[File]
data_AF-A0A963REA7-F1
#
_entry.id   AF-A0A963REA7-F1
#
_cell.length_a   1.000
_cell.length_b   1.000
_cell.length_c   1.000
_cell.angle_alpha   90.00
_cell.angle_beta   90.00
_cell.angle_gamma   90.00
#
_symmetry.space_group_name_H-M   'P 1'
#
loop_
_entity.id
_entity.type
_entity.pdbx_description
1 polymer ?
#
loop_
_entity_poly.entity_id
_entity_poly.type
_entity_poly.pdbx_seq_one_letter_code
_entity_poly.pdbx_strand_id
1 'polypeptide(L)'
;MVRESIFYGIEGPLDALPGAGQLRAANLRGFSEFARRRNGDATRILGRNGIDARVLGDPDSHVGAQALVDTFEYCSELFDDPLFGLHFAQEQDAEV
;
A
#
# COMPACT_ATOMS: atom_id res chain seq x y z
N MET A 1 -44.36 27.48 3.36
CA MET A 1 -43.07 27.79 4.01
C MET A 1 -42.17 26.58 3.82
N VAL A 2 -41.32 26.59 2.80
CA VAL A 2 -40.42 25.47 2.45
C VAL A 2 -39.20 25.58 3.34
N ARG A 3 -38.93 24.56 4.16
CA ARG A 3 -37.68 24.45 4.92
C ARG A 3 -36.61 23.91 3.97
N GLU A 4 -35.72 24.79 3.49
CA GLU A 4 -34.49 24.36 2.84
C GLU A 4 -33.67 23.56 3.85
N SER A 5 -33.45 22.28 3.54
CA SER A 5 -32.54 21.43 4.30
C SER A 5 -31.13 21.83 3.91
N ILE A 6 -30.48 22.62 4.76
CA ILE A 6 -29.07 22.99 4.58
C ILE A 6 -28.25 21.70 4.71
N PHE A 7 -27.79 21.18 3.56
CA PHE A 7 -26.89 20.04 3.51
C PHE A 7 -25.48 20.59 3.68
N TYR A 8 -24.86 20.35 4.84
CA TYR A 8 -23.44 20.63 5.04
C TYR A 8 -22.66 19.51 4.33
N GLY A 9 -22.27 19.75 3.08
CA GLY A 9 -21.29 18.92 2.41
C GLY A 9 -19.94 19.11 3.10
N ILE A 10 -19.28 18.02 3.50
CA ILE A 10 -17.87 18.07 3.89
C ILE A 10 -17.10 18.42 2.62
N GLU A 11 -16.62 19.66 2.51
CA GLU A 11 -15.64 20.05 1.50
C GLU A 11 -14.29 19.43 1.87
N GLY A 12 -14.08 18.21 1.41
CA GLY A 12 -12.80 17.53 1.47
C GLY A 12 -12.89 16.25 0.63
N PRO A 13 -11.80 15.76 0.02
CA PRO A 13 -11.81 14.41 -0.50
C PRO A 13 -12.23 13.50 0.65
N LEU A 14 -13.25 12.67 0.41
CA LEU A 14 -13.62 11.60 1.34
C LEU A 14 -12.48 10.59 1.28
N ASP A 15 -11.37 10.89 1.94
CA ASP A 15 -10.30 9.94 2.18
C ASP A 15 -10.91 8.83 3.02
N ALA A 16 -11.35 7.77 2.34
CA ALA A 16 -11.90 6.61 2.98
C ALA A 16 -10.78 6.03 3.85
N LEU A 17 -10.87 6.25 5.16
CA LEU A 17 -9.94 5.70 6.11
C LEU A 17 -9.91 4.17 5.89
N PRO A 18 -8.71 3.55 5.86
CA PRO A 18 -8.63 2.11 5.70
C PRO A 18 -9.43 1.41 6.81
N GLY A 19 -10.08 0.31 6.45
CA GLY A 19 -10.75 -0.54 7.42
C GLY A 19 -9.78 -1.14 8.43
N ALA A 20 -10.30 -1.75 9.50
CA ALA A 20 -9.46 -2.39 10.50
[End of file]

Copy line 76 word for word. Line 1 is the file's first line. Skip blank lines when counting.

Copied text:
N ALA A 16 -11.35 7.77 2.34